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Cosmology with galaxy clusters
III. Gravitationally lensed arc statistics as a cosmological probe
Asantha R. Cooray
Received 18 August 1998 / Accepted 24 September 1998
We calculate the expected number of gravitationally lensed optical, radio and sub-mm lensed sources on the whole sky due to foreground galaxy clusters for different cosmological models. We improve previous calculations of lensed arc statistics by including redshift information for background sources and accounting for the redshift evolution of the foreground lensing clusters. The background sources are described based on the redshift and optical magnitude or flux distribution for sources in the Hubble Deep Field (HDF). Using the HDF luminosity function, we also account for the magnification bias in magnitude-limited observational programs to find lensed optical arcs. The foreground lensing clusters are modeled as singular isothermal spheres, and their number density and redshift distribution is calculated based on the Press-Schechter theory with normalizations based on the local cluster temperature function.
Based on the results from optical arc surveys, we find that the observed number of arcs can easily be explained in a flat universe () with low values for cosmological mass density of the universe (). However, given the large systematic and statistical uncertainties involved with both the observed and predicted number of lensed arcs, more reliable estimates of the cosmological parameters are not currently possible. We comment on the possibility of obtaining a much tighter constraint based on statistics from large area optical surveys. At radio wavelengths (1.4 GHz), we predict 1500 lensed radio sources with flux densities greater than 10 µJy, and with amplifications due to lensing greater than 2, in a flat cosmology with and . Given the recent detection of a sub-mm selected lensed µJy radio source towards A370, it is suggested that deep radio observations of clusters should contain such lensed sources. At sub-mm wavelengths (850 µm), the number of lensed sources expected towards the same foreground lens population and cosmology is . We briefly consider the possibility of using the South Pole 10-m sub-mm telescope and the Planck surveyor to identify lensed sub-mm sources. A catalog of around 100 gravitationally lensed sources at 353 GHz may be a useful by-product of Planck.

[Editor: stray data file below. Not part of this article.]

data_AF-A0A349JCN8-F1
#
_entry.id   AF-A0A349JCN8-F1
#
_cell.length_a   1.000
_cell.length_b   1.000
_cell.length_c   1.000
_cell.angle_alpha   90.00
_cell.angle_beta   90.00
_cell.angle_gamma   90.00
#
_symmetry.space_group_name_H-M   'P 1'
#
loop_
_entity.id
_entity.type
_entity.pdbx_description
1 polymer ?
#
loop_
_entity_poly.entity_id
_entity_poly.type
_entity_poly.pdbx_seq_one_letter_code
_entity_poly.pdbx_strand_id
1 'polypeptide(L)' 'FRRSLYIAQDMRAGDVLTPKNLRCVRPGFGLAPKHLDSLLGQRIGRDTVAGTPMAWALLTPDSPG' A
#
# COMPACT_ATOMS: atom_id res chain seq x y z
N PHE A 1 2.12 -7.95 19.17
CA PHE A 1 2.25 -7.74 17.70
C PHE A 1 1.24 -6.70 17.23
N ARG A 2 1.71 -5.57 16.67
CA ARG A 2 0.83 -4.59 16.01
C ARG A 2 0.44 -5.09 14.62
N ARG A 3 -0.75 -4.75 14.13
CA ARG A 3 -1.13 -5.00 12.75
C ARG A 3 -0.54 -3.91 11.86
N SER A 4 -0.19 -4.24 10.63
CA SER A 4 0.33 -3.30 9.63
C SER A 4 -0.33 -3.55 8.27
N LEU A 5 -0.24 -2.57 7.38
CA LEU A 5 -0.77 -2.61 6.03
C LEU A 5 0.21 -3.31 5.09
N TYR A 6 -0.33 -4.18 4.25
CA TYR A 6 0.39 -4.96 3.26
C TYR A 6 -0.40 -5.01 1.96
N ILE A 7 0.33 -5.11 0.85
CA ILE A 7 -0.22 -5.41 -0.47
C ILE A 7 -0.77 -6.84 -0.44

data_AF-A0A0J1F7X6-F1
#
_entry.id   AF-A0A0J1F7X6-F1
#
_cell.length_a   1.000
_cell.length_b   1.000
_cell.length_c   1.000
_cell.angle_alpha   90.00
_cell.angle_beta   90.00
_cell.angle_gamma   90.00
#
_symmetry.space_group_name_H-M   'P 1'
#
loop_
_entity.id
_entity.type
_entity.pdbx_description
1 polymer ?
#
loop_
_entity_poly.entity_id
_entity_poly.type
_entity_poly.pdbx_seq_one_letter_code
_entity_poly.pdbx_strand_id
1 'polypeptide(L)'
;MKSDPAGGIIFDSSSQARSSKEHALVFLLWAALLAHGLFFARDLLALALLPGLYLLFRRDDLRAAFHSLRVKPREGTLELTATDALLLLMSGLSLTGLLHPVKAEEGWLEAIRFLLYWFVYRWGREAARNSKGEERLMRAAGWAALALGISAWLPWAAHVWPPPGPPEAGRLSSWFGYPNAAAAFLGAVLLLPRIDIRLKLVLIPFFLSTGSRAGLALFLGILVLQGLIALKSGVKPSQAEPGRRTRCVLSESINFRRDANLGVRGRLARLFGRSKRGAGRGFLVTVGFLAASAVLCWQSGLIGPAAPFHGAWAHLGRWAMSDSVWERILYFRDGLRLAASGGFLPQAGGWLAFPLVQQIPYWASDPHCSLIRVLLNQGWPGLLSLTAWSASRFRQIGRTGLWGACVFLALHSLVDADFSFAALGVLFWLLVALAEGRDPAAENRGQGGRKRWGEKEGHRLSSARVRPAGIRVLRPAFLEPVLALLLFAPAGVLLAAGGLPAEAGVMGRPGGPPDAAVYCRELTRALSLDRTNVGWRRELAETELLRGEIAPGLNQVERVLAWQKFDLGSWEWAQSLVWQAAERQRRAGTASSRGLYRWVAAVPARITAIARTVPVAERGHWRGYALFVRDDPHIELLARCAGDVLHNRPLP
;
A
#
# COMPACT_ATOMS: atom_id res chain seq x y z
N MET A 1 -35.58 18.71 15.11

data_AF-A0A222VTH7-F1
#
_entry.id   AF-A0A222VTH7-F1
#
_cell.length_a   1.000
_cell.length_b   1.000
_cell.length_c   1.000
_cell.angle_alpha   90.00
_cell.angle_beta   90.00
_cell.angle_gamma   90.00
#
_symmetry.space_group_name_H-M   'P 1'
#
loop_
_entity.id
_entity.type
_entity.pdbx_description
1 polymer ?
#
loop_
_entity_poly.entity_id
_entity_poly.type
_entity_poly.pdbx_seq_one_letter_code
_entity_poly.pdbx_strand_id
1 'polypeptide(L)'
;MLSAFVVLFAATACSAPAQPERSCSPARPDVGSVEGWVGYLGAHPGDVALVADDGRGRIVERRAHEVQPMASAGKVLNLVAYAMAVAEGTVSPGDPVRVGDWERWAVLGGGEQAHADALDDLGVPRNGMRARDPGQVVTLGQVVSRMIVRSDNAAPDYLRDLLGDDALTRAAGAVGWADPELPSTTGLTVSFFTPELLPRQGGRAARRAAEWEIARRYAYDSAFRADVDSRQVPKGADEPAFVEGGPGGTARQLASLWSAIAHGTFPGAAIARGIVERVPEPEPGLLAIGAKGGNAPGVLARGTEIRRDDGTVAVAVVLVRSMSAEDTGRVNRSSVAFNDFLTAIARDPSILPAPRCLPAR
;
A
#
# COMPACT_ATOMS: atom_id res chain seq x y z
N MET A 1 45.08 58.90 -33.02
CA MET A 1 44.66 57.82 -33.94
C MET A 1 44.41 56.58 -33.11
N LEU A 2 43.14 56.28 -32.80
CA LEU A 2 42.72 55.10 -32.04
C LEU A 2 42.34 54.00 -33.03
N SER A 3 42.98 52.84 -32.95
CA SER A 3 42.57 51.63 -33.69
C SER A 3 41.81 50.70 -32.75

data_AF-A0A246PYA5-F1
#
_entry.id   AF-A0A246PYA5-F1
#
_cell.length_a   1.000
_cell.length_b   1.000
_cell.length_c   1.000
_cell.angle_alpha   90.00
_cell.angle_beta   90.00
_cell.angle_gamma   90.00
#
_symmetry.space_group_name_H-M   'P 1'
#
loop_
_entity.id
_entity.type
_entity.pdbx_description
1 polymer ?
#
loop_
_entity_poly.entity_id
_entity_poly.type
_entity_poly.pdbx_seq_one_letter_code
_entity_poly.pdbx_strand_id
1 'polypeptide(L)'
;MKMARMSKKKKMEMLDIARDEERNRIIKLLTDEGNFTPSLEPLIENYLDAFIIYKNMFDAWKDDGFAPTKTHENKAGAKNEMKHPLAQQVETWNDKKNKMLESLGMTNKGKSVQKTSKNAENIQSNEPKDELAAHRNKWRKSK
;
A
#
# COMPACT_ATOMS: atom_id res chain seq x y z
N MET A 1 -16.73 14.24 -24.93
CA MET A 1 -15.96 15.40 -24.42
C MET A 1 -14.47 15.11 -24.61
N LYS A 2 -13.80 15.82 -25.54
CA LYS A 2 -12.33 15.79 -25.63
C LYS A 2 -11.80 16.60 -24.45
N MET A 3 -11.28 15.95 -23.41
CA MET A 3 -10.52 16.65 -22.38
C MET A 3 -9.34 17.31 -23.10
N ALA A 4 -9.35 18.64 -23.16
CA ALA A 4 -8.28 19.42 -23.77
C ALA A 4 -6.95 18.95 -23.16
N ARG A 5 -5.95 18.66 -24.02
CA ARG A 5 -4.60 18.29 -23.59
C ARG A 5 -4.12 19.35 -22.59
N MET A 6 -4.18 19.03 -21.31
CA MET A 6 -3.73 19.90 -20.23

Key words: radio continuum: galaxies cosmology: large-scale structure of Universe cosmology: gravitational lensing cosmology: theory cosmology: observations galaxies: clusters: general
© European Southern Observatory (ESO) 1999
Online publication: December 16, 1998